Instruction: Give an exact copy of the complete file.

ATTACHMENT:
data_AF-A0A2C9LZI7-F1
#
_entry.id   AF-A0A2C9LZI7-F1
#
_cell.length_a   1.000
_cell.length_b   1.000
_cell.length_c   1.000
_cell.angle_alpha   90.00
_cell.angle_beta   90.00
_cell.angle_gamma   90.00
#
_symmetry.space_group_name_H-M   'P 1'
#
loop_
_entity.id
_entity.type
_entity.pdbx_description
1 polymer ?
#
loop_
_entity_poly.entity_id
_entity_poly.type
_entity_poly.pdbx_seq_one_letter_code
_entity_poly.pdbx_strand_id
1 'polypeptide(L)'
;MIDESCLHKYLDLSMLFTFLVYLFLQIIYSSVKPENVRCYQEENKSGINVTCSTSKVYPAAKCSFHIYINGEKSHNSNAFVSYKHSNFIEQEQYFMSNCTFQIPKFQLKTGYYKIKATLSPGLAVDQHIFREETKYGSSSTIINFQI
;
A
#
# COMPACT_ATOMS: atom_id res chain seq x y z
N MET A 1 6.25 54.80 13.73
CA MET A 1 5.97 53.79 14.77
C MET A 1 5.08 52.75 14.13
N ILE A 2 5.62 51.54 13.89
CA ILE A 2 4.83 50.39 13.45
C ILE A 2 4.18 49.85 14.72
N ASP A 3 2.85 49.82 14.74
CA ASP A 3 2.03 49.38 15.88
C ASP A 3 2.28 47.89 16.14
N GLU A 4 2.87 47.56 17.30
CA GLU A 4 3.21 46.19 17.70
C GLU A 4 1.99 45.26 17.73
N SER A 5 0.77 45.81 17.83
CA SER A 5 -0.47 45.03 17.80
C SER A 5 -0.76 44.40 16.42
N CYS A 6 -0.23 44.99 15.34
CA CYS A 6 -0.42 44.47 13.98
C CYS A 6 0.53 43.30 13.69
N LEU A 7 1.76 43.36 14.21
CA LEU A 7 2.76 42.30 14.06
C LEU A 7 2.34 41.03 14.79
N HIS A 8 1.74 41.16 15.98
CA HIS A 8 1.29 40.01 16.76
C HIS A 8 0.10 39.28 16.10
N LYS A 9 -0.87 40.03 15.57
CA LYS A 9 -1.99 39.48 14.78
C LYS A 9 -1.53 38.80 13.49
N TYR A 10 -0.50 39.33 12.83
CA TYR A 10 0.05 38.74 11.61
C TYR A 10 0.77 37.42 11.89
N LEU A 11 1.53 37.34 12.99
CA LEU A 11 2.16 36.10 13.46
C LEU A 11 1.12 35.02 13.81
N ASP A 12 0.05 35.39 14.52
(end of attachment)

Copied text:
data_AF-A0A2C9LZI7-F1
#
_entry.id   AF-A0A2C9LZI7-F1
#
_cell.length_a   1.000
_cell.length_b   1.000
_cell.length_c   1.000
_cell.angle_alpha   90.00
_cell.angle_beta   90.00
_cell.angle_gamma   90.00
#
_symmetry.space_group_name_H-M   'P 1'
#
loop_
_entity.id
_entity.type
_entity.pdbx_description
1 polymer ?
#
loop_
_entity_poly.entity_id
_entity_poly.type
_entity_poly.pdbx_seq_one_letter_code
_entity_poly.pdbx_strand_id
1 'polypeptide(L)'
;MIDESCLHKYLDLSMLFTFLVYLFLQIIYSSVKPENVRCYQEENKSGINVTCSTSKVYPAAKCSFHIYINGEKSHNSNAFVSYKHSNFIEQEQYFMSNCTFQIPKFQLKTGYYKIKATLSPGLAVDQHIFREETKYGSSSTIINFQI
;
A
#
# COMPACT_ATOMS: atom_id res chain seq x y z
N MET A 1 6.25 54.80 13.73
CA MET A 1 5.97 53.79 14.77
C MET A 1 5.08 52.75 14.13
N ILE A 2 5.62 51.54 13.89
CA ILE A 2 4.83 50.39 13.45
C ILE A 2 4.18 49.85 14.72
N ASP A 3 2.85 49.82 14.74
CA ASP A 3 2.03 49.38 15.88
C ASP A 3 2.28 47.89 16.14
N GLU A 4 2.87 47.56 17.30
CA GLU A 4 3.21 46.19 17.70
C GLU A 4 1.99 45.26 17.73
N SER A 5 0.77 45.81 17.83
CA SER A 5 -0.47 45.03 17.80
C SER A 5 -0.76 44.40 16.42
N CYS A 6 -0.23 44.99 15.34
CA CYS A 6 -0.42 44.47 13.98
C CYS A 6 0.53 43.30 13.69
N LEU A 7 1.76 43.36 14.21
CA LEU A 7 2.76 42.30 14.06
C LEU A 7 2.34 41.03 14.79
N HIS A 8 1.74 41.16 15.98
CA HIS A 8 1.29 40.01 16.76
C HIS A 8 0.10 39.28 16.10
N LYS A 9 -0.87 40.03 15.57
CA LYS A 9 -1.99 39.48 14.78
C LYS A 9 -1.53 38.80 13.49
N TYR A 10 -0.50 39.33 12.83
CA TYR A 10 0.05 38.74 11.61
C TYR A 10 0.77 37.42 11.89
N LEU A 11 1.53 37.34 12.99
CA LEU A 11 2.16 36.10 13.46
C LEU A 11 1.12 35.02 13.81
N ASP A 12 0.05 35.39 14.52